Thursday, July 12, 2007

The problem with Missouri. . .

. . . is that we have a long and tried history of legalism. While I am a great fan of Walther - and in fact, I think the congregational polity as we have it in a Church independent of the State is rather spiffy - I do think that Walther had some defineate legalistic tendencies, which he bequeathed onto the Synod. What is ironic, is they jumped out at me at points in Law and Gospel. . . but now is not for preaching, now is for History.

Historically - when Missouri has faced a theological disagreement, what has Missouri's solution been. You are with us or against us. Now, on many things this must be what happens - there is importance to doctrinal unity. However - our first action shouldn't be to kick out those who are wrong - but should be to teach, and teach dilligently and patiently. And in fact, if it is a matter of some weakness - to bear with it.

We didn't in the 1840s (as Rev. Cwirla reminded me) with Grabau and Loehe. You were with us, hook, line, and sinker on polity, or you were against us. There was no room for manuevering, and you were to be expelled.

We didn't in the 1880s with Ohio. Either you said Election unto faith (which is techinically more correct), or, if you refused to abandon the phrase "election in view of faith" (which not only had a long established history of usage in Lutheran Orthodoxy, but one might argue is appropriate when taking an anthropological approach to election - of course, that's perhaps not the best approach to take, but it does counter some of the errors in extreme Calvinism). If you bucked what we said, there is no room - you are gone.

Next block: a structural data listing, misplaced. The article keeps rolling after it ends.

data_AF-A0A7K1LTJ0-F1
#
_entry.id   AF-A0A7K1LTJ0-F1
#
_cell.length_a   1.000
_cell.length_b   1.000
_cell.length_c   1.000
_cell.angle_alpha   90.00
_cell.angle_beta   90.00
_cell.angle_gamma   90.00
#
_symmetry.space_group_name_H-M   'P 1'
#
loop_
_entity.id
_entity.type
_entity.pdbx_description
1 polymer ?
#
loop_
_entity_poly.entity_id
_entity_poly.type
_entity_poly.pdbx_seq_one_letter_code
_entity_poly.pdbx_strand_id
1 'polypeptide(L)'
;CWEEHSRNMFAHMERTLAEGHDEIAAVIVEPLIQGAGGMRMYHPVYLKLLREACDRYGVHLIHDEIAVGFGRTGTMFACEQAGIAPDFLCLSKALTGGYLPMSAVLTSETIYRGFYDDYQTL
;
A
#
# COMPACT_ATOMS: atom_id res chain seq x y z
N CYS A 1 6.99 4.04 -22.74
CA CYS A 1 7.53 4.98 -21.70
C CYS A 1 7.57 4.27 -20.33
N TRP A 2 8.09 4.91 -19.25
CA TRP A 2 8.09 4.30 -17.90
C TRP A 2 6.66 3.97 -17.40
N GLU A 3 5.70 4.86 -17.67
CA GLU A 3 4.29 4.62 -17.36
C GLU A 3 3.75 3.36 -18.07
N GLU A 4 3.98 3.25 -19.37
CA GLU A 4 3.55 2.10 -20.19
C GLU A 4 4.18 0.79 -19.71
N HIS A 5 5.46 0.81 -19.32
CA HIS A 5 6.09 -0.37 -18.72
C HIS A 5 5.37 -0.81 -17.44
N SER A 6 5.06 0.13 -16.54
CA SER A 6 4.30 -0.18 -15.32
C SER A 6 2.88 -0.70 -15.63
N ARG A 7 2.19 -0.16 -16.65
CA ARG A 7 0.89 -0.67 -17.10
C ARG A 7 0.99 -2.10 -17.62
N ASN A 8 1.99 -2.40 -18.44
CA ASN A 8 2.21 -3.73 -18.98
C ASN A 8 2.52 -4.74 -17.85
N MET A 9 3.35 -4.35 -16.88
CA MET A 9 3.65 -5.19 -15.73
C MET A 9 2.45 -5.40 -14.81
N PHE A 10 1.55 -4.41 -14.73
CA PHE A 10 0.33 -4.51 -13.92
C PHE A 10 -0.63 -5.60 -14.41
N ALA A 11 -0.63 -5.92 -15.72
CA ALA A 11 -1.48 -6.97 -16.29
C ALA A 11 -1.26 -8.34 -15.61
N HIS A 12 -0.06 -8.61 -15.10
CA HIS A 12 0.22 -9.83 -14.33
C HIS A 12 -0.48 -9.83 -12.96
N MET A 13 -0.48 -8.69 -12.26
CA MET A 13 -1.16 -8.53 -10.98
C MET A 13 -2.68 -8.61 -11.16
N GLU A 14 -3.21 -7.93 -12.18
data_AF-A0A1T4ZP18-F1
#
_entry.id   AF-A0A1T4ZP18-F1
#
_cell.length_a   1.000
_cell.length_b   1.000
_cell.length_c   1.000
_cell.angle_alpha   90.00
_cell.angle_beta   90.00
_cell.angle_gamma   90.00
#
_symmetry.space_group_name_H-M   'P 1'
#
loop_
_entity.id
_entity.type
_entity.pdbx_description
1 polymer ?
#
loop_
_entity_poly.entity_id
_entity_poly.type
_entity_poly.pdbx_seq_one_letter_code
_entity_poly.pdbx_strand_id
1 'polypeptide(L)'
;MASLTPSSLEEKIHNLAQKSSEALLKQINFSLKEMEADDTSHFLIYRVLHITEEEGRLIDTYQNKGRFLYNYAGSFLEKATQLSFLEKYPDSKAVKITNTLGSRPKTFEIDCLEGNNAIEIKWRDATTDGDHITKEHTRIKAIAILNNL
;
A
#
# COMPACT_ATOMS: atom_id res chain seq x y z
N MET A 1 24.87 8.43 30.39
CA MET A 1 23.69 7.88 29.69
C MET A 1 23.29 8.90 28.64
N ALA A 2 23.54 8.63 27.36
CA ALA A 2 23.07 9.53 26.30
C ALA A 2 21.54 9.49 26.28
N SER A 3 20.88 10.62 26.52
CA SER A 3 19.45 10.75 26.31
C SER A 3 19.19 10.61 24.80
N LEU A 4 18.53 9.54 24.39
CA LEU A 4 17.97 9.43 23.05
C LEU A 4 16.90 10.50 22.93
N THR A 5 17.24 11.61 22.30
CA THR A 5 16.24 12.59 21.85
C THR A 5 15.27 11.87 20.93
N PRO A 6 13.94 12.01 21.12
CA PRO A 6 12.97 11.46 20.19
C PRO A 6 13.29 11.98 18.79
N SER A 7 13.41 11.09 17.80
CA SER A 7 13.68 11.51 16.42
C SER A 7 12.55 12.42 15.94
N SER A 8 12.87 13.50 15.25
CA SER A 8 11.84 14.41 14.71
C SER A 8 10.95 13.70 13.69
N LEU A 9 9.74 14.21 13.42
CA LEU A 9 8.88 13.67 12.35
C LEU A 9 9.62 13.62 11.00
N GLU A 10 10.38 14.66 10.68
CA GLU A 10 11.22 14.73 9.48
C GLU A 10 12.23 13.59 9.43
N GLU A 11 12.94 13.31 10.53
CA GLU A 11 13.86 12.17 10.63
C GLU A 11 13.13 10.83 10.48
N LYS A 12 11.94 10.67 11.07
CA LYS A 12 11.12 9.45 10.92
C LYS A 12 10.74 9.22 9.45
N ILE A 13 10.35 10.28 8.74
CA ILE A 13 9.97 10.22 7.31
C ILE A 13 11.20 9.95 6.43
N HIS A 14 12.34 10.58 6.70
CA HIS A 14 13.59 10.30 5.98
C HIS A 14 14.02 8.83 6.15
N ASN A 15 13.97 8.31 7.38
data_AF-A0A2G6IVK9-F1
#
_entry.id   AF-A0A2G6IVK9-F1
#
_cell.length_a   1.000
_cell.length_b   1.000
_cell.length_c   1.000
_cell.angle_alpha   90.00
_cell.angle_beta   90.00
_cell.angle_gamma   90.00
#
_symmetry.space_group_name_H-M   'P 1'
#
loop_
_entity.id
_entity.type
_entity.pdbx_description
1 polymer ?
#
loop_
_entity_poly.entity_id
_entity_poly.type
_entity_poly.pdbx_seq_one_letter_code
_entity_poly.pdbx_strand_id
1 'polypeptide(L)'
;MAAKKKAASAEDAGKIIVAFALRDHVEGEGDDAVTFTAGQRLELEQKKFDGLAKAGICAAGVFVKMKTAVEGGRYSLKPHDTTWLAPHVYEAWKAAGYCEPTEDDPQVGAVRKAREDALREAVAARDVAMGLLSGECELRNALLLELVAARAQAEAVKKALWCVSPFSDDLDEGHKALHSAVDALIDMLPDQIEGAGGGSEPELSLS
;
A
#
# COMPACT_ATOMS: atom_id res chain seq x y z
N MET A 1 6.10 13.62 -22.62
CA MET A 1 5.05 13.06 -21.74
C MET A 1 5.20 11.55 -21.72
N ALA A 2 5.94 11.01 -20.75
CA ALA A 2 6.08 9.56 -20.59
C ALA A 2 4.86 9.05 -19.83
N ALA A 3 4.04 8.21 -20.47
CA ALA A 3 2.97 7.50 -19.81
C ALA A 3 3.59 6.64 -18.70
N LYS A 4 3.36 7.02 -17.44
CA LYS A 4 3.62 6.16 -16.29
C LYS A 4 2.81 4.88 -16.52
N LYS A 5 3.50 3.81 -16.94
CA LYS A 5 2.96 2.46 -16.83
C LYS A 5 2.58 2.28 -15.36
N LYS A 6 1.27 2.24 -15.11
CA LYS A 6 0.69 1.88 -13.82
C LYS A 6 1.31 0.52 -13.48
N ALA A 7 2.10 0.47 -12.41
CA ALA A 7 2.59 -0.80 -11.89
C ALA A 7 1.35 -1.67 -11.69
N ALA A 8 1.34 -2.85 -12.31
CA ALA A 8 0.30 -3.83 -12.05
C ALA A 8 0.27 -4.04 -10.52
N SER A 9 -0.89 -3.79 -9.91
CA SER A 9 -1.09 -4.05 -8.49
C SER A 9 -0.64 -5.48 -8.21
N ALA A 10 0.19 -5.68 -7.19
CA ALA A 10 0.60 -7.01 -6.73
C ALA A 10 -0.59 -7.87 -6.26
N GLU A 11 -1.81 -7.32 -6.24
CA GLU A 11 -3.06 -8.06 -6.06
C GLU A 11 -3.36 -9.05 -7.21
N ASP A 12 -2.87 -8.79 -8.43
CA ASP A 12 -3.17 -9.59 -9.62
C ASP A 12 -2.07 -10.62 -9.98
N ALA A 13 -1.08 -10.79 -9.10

This has been Missouri's approach - rather than reconcile, it is exile, rather than teaching it is castigation. In fact, if you listen to most of the Conservative folks, the idea seems to be that if we just get the right people elected things will be better - cause then they can smack down those bad people and kick them out.

I am a preacher and a teacher. Indeed, I am one of the Church's teachers - and so my first response to false doctrine shouldn't be "You stupid idiot, leave!" It should be, "How can I best teach this person a better way?" I head to convention tomorrow. No matter who gets elected on Sunday to whatever offices - there are still a lot of Pastors who have shaky theology in our synod. There are still a lot of pastors who do foolish things without thinking. There are still a lot of congregations that have suffered under a lack of teaching for many years.

No election, no resolution, no by-law will change that. It will only come about by teaching, teaching that will take time and effort. There are more of us who wish to teach - who see our job not as vanquishing the foes of the Gospel, but to convert them with patience.

It all goes back to an adage I made at the Seminary - "Confessional" is not Latin for "rectum" -- and we need to remember that. We need to abandon legalistic hopes of swift victories making a "pure" synod - and rather do what we Pastors have been called to do - preach and teach - and do so for the long term.

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